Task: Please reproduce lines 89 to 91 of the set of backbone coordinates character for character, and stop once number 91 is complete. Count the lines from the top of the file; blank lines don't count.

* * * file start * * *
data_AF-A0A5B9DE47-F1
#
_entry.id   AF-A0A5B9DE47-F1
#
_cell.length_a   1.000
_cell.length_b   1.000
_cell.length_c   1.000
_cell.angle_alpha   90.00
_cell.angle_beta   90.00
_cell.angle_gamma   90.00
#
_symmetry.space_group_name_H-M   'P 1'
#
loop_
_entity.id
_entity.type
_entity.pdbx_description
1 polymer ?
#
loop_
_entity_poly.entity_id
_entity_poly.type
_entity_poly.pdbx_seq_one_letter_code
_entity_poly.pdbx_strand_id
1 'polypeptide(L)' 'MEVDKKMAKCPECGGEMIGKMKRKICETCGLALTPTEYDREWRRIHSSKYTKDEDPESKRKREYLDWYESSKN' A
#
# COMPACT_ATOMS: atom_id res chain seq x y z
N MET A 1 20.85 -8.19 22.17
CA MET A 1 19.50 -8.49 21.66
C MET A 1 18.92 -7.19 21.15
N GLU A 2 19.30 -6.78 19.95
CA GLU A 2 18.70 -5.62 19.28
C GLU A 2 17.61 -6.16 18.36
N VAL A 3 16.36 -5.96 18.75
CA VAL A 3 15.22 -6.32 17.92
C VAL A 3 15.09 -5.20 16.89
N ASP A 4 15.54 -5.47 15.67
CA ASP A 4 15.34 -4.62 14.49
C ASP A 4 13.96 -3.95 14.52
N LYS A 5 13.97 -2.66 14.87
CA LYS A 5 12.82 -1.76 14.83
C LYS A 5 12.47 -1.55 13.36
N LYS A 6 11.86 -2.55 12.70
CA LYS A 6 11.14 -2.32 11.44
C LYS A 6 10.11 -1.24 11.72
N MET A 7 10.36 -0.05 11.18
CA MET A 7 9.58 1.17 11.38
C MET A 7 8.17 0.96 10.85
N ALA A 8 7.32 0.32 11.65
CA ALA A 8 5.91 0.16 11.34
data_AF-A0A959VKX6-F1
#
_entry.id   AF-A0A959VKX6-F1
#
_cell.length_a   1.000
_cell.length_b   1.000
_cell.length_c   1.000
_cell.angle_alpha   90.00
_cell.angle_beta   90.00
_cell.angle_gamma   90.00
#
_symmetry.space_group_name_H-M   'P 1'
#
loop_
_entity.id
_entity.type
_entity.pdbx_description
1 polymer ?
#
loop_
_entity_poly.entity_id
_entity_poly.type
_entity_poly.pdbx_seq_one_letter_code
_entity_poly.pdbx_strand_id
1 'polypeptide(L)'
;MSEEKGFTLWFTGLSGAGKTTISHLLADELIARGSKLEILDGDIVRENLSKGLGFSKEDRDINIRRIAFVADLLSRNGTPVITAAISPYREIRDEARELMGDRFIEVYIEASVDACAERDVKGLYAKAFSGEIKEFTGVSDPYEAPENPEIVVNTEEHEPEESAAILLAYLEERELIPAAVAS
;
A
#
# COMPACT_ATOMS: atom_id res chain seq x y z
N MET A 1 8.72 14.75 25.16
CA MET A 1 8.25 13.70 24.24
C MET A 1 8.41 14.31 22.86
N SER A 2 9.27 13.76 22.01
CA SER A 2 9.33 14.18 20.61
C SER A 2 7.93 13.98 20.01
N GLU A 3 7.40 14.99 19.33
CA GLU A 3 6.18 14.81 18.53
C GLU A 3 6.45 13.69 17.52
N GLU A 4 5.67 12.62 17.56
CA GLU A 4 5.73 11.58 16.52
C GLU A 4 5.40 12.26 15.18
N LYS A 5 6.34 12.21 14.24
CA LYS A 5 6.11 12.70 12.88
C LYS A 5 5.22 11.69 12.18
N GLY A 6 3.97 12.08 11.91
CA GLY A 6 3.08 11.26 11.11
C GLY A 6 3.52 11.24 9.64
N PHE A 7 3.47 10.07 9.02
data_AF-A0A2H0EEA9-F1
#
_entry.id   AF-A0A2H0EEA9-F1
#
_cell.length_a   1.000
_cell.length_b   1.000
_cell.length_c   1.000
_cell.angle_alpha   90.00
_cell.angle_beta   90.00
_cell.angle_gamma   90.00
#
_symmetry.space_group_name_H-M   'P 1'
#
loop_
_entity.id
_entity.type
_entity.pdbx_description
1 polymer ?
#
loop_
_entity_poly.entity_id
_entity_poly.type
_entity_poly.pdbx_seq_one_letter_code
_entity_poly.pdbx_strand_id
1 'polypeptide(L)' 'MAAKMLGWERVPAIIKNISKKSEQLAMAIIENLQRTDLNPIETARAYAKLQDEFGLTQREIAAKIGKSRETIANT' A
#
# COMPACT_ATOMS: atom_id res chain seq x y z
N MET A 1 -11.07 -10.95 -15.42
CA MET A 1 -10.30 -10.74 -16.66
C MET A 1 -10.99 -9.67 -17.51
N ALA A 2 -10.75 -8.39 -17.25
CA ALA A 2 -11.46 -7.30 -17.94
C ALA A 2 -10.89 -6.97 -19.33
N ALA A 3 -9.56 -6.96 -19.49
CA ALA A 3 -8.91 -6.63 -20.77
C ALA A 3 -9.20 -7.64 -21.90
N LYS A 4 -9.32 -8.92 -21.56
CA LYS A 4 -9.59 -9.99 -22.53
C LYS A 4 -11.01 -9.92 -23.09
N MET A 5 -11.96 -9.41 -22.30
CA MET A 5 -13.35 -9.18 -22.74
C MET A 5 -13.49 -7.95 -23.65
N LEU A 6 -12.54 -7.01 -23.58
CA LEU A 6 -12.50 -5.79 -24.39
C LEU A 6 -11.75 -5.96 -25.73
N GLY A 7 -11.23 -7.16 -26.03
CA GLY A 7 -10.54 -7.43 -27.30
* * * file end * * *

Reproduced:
C GLU A 3 6.45 13.69 17.52
N GLU A 4 5.67 12.62 17.56
CA GLU A 4 5.73 11.58 16.52